Do you think Cyrus has been underestimating Elizabeth North thus far? He seemed to believe he had a handle on her maneuvering, but her master plan appears to have slipped right by him.
Oh yeah. Nothing makes Cyrus angrier than a miscalculation, [especially] one that bites his own ass. This is not pleasant territory. I can already see the veins bulging out of Cyrus’ neck.

I love that the shows Shonda Rhimes produces are so inclusive and honest in their depictions of all relationships: gay, straight, platonic friendships, the whole spectrum. A lot of media attention has been paid of late to the gay sex scenes in “How to Get Away with Murder” in particular, and there have certainly been a few intimate moments between Cyrus and Michael on “Scandal” this season. What’s your take on that sudden attention and the debate surrounding those scenes — does it just feel like business as usual because you’re in the middle of it?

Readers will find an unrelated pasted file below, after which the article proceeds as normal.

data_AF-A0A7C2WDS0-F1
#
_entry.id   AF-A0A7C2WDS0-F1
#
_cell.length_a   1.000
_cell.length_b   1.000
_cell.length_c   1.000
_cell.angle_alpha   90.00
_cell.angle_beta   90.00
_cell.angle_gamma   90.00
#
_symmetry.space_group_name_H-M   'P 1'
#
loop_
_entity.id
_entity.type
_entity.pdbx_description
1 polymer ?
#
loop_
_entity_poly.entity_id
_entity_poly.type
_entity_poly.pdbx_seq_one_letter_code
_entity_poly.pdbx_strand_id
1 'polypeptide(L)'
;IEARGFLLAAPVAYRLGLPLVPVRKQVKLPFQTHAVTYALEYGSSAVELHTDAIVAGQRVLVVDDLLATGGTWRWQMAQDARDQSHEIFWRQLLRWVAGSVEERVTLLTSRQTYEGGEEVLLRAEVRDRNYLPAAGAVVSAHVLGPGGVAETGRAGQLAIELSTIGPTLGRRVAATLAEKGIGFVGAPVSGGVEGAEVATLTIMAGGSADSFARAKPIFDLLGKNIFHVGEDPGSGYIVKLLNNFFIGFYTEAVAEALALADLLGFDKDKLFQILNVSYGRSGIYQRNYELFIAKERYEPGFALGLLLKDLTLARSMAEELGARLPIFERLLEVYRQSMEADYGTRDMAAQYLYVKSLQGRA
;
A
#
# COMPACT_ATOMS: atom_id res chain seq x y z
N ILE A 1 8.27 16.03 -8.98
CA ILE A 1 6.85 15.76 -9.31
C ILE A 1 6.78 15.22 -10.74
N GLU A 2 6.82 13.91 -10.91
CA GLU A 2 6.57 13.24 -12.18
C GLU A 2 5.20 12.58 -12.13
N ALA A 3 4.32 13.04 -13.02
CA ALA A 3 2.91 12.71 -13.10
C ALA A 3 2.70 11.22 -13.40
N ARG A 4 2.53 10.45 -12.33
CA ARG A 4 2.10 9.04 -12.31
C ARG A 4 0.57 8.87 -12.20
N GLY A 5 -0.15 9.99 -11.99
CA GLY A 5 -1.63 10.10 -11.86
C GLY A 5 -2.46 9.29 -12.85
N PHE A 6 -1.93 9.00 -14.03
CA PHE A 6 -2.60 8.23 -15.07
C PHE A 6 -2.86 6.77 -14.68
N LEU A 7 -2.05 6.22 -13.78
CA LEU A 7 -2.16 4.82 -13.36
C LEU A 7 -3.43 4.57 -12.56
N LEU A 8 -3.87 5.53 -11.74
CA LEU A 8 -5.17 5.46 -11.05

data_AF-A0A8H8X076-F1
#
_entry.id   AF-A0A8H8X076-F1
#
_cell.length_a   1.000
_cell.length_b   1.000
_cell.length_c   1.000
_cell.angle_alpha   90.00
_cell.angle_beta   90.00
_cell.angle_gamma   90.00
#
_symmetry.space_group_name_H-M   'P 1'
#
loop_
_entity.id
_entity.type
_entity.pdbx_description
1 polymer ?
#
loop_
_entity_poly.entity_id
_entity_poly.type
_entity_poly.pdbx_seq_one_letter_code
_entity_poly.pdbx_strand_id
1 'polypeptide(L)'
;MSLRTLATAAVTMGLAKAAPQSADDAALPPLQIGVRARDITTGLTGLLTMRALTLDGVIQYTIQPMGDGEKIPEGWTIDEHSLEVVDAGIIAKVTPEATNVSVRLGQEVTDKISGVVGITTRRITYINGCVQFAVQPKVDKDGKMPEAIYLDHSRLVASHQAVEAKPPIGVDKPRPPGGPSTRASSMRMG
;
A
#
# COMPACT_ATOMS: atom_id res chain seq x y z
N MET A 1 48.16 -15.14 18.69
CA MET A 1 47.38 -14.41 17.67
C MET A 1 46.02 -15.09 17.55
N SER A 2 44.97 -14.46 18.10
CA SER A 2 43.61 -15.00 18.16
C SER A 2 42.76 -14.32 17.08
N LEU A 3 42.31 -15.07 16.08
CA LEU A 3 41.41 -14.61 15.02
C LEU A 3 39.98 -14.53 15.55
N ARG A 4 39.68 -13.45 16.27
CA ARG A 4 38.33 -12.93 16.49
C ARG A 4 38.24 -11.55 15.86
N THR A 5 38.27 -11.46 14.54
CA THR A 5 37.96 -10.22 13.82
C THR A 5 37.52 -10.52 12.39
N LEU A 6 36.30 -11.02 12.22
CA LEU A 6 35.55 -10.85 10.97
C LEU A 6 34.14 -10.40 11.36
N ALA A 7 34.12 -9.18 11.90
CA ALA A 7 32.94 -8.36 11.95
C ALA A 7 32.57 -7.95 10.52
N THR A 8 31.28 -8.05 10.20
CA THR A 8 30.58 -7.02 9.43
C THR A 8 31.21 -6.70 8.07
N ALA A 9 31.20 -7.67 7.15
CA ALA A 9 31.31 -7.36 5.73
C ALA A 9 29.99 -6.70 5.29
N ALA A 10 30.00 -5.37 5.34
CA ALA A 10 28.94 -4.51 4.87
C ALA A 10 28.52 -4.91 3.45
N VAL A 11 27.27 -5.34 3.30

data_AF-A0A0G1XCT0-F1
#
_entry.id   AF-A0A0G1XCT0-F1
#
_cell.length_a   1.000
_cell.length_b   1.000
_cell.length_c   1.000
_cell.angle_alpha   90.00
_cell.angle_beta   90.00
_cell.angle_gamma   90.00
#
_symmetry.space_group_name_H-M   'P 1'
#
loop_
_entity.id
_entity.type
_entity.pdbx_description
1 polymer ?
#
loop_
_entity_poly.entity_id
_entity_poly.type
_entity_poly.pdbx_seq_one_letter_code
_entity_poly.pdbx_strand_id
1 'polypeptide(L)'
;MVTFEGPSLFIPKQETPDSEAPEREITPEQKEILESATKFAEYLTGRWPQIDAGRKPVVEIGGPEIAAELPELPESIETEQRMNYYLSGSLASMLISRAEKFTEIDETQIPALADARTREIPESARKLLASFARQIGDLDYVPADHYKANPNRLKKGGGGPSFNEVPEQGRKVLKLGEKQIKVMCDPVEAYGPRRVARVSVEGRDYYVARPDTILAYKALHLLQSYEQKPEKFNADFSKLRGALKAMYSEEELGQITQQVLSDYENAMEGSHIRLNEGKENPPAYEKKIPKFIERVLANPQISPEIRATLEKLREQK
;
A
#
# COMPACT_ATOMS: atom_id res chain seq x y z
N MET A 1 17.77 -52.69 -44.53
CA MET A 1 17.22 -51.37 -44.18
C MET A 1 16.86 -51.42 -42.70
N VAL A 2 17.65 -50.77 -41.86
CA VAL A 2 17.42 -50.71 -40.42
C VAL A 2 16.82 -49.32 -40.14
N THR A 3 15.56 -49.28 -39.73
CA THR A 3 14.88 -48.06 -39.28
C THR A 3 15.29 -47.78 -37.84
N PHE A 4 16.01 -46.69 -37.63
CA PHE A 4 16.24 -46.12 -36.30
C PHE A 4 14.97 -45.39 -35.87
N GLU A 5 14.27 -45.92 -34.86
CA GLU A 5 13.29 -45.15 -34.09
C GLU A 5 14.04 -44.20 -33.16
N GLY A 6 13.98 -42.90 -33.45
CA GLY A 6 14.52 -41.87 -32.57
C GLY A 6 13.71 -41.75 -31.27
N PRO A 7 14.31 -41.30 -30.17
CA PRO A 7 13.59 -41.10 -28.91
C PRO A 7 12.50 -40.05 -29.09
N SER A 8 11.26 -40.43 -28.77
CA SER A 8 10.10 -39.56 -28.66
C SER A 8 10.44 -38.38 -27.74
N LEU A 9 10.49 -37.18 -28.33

I think everyone is aware on both sides, the storytellers and the folks watching, that Shonda is, to me, kind of methodically pushing this agenda — we’re not going to go backwards, and not going to shove it in your face every second. But the spigot is open and story shall flow. And I think everybody’s kind of aware of it, and I’m sure it drives some people a little nuts, but those people aren’t watching the show. And so I think people who already enjoy Shonda’s sensibility and her politics are in evidence. So for that crowd, I think it’s very inclusive and I don’t think anybody’s freaked out, which is great. And it is where television storytelling is going — friends tell me [Amazon’s “Transparent”], the show that has transgender life at its center, is so interesting — I think this is all for the good.

“Scandal” airs Thursdays at 9 p.m. on ABC.